“Brought Home: Objects and Stories from Mission and Service Workers” on display

Kaeli Evans

kaelire@goshen.edu
Sports Editor

There are certainly more than just children’s books and movies tucked away in the Good Library basement. For one more month, the library is featuring the exhibit, “Brought Home: Objects and Stories from Mission and Service Workers,” containing various artifacts that past Mennonite mission workers returned with.

Over 50 foreign countries are represented, with stories from at least 75 people. More than a mere collection of souvenirs, the collections and their stories represent what Mennonites have done on service, mission and relief work, often during times of war. Some objects were found, others purchased or made, while still were given as gifts of appreciation for Mennonites’ work.

Ervin Beck, retired Professor of English and researcher for the exhibit, found inspiration for “Brought Home” after obtaining a three-piece silver tea set from Ukraine.

“Mennonites in Ukraine suffered greatly from the time of the communist revolution both through persecution by the communists but also by famine,” Beck said. “That’s where Mennonite Central Committee got started, going to the aide of the Mennonites in Ukraine.”

A wealthy Mennonite family in Ukraine gave many of their processions to Orie O. Miller, one of the creators of MCC, to take with him to the United States and sell. One of these, a three-piece silver tea set, is featured in the exhibit. The money from the tea set went back to the family in Ukraine once they needed assistance.

“It’s just a silver tea set,” Beck said. “But that story behind it is very interesting and we thought, ‘Hey, let’s try to find other interesting things.’”

Beck described the Mennonites at that time being very reserved and isolated. The start of MCC developed the Mennonite church and allowed the religion to spread across the world through their mission work. The things they brought home symbolize their experience.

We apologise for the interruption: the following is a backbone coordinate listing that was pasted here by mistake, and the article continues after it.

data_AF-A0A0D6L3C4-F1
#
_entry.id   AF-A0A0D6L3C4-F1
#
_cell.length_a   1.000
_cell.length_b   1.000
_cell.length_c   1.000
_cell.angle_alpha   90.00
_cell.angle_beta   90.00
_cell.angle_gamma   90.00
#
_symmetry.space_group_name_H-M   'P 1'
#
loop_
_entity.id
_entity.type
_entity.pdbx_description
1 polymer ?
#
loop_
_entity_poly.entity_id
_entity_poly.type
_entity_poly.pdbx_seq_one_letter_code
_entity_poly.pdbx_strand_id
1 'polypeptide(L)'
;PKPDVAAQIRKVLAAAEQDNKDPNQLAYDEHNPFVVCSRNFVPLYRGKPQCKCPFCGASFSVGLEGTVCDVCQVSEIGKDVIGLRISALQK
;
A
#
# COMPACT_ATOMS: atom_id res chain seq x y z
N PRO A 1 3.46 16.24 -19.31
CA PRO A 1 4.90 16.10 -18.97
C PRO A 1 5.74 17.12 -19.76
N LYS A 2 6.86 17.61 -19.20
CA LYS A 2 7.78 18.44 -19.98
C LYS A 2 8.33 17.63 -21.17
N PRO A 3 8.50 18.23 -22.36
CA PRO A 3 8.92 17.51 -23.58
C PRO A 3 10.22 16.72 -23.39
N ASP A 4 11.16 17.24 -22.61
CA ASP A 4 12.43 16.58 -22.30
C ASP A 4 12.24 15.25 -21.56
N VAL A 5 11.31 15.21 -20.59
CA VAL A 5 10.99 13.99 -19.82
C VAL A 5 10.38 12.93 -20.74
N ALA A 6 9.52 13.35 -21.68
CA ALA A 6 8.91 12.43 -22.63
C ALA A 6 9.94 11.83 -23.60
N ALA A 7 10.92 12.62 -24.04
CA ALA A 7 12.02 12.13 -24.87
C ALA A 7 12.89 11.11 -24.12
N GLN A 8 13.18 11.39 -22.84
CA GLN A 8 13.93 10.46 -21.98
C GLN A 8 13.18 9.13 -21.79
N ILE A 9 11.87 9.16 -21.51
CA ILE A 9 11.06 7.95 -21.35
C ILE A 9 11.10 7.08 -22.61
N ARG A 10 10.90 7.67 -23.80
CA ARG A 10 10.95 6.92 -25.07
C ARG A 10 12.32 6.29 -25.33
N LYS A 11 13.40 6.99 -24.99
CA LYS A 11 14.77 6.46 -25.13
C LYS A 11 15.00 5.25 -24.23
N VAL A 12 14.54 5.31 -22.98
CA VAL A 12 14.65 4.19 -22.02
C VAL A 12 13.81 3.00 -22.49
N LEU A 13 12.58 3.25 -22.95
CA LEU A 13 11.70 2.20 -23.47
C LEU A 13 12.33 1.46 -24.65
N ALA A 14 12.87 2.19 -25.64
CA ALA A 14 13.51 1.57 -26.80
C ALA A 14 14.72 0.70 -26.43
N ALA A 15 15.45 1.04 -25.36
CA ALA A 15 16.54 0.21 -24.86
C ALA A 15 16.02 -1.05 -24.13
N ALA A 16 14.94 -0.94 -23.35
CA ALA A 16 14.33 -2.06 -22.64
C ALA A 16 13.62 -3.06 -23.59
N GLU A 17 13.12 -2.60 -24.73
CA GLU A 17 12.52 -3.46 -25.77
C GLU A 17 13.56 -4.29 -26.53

“Goshen College now emphasizes cross-cultural experience,” Beck said. “Every item here comes from intercultural contact. Goshen College also emphasizes servant leadership, and every item here represents people who didn’t know what those words meant but were doing that; even the college motto, ‘healing the world peace by peace,’ everyone here was doing that in their own way. It has to be taught to each generation but the point is, it’s been around for a long time and Goshen College students rise to those challenges after graduation.”

Students, faculty and visitors are encouraged to not only look at the items but at the descriptions that accompany them. Each piece tells a story and adds a perspective of what is now history.

The items on display range widely and include a tiger skin, a statue made from various gun parts in a “Swords to Plowshares” project and artillery shells that were emptied and shaped into vases—one with the quote “peace on Earth, good will to men.”

Although the exhibit may seem like a collection of art and antiques, the stories behind them embody a sense of importance of Mennonite service workers.

“These people have interesting stories to tell,” Beck said.

“Brought Home” will be open through Nov. 13. The Good Library Gallery is free to the public. For gallery hours, call (574) 535-7418. The upcoming exhibit will contain quilts from around the world as well as mannequins wearing the corresponding country’s clothing from the quilt’s time period.

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Written by Kaeli Evans

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